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Published: Feb 25, 2021 License: GPL-3.0 Imports: 5 Imported by: 1




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const CheckPointInterval = 1 << 5 //32
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const CheckPointK = 2 * CheckPointInterval //64
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const MaxStateMsgNO = 100
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const StateTimerOut = 5 * time.Second


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type CheckPoint

type CheckPoint struct {
	Seq      int64                         `json:"sequence"`
	Digest   string                        `json:"digest"`
	IsStable bool                          `json:"isStable"`
	ViewID   int64                         `json:"viewID"`
	CPMsg    map[int64]*message.CheckPoint `json:"checks"`
Generating these proofs after executing every operation would be expensive. Instead, they are generated periodically,

when a Request with a sequence number di- visible by some constant (e.g., 100) is executed. We will refer to the states produced by the execution of these re- quests as checkpoints and we will say that a checkpoint with a proof is a stable checkpoint.

A replica maintains several logical copies of the service state: the last stable checkpoint, zero or more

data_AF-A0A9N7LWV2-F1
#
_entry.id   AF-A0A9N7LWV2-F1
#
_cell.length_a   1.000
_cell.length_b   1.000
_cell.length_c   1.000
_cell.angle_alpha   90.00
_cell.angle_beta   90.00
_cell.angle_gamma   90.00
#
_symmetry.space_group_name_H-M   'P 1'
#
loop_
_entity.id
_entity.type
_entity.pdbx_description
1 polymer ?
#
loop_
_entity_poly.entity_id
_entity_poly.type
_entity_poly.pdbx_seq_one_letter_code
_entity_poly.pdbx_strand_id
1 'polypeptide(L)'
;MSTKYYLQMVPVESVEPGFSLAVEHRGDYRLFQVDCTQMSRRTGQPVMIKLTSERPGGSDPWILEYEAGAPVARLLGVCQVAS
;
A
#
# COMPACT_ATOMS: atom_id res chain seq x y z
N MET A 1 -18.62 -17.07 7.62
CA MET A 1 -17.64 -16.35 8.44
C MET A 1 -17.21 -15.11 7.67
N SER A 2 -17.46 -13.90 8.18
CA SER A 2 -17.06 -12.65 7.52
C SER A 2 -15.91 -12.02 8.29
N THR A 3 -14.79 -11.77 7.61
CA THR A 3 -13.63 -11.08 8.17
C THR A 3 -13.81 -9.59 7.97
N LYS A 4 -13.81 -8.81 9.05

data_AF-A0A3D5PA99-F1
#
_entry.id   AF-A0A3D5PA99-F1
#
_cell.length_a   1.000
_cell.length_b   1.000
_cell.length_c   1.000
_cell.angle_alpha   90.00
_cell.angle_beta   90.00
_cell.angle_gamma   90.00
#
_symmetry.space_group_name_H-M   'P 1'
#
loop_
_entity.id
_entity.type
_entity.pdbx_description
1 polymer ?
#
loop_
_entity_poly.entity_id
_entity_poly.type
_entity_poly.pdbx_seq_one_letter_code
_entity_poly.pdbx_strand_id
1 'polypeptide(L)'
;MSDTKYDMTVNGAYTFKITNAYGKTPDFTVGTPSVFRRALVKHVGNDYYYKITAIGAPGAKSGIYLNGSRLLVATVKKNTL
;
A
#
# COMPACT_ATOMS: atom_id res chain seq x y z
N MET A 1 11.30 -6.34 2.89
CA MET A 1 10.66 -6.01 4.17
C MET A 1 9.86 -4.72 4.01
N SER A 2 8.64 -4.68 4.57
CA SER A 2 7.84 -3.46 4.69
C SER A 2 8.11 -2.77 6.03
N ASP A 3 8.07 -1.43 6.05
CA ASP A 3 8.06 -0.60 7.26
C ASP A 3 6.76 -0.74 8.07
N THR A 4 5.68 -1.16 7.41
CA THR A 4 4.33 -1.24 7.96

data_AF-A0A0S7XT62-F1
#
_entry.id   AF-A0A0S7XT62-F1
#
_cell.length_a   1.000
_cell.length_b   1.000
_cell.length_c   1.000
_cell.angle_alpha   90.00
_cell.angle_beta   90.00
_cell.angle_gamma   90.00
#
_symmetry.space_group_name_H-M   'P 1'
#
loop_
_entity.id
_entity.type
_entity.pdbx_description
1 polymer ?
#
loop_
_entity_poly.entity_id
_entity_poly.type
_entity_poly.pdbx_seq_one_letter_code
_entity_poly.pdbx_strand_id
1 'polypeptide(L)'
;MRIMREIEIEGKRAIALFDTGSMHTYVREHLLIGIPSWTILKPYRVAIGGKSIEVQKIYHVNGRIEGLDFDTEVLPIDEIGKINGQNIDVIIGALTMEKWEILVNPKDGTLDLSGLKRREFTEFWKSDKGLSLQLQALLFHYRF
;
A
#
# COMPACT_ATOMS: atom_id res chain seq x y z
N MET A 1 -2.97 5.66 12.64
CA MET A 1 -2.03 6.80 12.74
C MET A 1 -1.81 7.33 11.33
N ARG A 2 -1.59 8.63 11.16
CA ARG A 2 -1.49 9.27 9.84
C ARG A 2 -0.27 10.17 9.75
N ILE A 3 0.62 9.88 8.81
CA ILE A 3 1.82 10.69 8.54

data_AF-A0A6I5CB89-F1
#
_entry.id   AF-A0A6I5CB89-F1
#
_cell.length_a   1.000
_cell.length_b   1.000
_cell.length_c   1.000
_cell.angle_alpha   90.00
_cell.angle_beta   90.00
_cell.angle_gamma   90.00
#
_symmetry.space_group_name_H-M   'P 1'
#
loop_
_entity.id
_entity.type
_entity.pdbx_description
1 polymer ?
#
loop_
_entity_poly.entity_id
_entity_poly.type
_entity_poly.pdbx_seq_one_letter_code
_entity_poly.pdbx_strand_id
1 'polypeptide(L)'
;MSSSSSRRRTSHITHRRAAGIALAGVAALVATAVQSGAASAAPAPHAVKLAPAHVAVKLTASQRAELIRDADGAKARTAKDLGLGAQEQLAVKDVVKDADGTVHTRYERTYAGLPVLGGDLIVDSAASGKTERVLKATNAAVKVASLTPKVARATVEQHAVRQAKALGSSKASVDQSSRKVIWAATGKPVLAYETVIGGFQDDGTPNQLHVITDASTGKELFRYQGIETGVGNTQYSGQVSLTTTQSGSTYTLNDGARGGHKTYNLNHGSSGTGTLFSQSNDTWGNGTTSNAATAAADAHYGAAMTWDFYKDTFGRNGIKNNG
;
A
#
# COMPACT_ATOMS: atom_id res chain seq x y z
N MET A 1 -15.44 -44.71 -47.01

checkpoints that are not stable, and a current state. Copy-on-write techniques can be used to reduce the space overhead to store the extra copies of the state, as discussed in Section 6.3.

The proof of correctness for a checkpoint is generated as follows. When a replica produces a checkpoint, it

multicasts a message <CHECKPOINT, n, d, i> to the other replicas, where n is the sequence number of the last Request whose execution is reflected in the state and d is the digest of the state. Each replica collects checkpoint messages in its log until it has 2f + 1 of them for sequence number n with the same digest signed by different replicas (including possibly its own such message). These 2f + 1 messages are the proof of correctness for the checkpoint.

A checkpoint with a proof becomes stable and the replica discards all pre-Prepare, Prepare, and Commit messages

with sequence number less than or equal to n from its log; it also discards all earlier checkpoints and checkpoint messages.

Computing the proofs is efficient because the digest can be computed using incremental cryptography [1] as

discussed in Section 6.3, and proofs are generated rarely.

The checkpoint protocol is used to advance the low and high water marks (which limit what messages will be accepted).

The low-water mark h is equal to the sequence number of the last stable checkpoint. The high water mark H = h + k, where k is big enough so that replicas do not stall waiting for a checkpoint to become stable. For example, if checkpoints are taken every 100 requests, k might be 200.

func NewCheckPoint

func NewCheckPoint(sq, vi int64) *CheckPoint

type ClientRecord

type ClientRecord struct {